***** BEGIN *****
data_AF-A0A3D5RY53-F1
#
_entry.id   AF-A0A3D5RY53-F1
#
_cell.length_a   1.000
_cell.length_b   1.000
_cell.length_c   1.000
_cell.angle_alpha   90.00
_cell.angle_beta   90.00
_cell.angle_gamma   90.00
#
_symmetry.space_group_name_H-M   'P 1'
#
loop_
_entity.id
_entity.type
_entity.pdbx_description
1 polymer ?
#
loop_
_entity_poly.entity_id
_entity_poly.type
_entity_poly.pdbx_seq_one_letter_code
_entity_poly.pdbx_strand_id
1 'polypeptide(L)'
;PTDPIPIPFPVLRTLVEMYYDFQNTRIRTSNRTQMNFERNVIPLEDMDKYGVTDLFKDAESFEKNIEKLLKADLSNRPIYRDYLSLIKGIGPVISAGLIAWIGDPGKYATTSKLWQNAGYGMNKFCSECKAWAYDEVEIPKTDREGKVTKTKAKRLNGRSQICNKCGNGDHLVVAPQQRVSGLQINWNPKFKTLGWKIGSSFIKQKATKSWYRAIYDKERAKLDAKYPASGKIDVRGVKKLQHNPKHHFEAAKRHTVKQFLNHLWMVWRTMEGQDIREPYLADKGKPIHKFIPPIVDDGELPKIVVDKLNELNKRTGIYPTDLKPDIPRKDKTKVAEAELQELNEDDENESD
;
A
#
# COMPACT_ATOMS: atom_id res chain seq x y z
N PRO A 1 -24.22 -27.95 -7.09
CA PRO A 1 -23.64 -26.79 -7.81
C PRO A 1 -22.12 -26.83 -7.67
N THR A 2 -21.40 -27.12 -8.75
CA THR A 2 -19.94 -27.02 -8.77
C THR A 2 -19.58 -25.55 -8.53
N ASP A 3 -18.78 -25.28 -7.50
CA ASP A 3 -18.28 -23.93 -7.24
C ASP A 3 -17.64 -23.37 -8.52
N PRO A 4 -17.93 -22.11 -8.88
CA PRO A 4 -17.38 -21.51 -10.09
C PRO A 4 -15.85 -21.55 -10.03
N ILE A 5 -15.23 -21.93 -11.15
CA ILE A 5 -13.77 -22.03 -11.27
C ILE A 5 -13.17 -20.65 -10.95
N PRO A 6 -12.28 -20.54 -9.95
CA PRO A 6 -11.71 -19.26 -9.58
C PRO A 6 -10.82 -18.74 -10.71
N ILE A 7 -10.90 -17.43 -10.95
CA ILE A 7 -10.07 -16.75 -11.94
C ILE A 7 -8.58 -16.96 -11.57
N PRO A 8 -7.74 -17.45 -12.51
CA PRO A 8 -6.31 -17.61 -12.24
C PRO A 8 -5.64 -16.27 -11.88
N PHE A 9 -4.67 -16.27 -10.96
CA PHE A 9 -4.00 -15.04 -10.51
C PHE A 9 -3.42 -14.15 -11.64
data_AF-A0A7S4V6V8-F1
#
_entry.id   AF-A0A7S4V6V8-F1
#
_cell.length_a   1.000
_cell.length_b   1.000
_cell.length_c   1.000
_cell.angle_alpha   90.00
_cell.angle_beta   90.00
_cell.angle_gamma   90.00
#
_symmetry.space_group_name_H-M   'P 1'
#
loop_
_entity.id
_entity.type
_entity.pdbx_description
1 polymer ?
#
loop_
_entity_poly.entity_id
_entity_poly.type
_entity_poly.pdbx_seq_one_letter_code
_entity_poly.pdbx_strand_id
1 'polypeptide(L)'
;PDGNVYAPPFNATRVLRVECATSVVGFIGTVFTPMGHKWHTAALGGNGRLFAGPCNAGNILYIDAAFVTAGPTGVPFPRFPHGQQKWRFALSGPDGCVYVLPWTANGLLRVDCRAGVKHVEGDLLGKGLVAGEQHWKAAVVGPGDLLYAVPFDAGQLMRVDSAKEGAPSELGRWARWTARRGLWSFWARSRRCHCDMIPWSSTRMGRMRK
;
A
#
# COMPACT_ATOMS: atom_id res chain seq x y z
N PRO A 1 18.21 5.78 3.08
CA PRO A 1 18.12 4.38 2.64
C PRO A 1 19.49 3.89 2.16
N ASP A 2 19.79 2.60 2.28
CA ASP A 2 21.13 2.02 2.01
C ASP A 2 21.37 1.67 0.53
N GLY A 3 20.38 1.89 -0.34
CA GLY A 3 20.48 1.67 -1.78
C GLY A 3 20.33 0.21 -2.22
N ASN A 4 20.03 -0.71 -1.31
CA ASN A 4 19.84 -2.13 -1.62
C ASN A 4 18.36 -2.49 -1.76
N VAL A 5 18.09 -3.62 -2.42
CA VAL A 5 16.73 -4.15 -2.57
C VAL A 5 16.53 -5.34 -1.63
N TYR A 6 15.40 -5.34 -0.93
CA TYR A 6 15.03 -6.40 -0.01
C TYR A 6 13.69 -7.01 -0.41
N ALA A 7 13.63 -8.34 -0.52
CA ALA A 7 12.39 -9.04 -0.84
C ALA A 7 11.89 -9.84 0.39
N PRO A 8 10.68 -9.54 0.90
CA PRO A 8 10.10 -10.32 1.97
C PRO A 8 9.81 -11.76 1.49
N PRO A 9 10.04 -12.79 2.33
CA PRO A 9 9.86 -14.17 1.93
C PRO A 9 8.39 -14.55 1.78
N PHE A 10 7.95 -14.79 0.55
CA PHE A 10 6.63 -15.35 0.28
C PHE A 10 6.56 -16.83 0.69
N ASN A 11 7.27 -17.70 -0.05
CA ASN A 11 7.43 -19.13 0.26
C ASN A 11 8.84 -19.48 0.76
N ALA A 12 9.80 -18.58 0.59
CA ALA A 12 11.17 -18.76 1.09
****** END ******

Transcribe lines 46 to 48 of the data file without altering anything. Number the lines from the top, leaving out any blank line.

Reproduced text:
N PRO A 6 -12.28 -20.54 -9.95
CA PRO A 6 -11.71 -19.26 -9.58
C PRO A 6 -10.82 -18.74 -10.71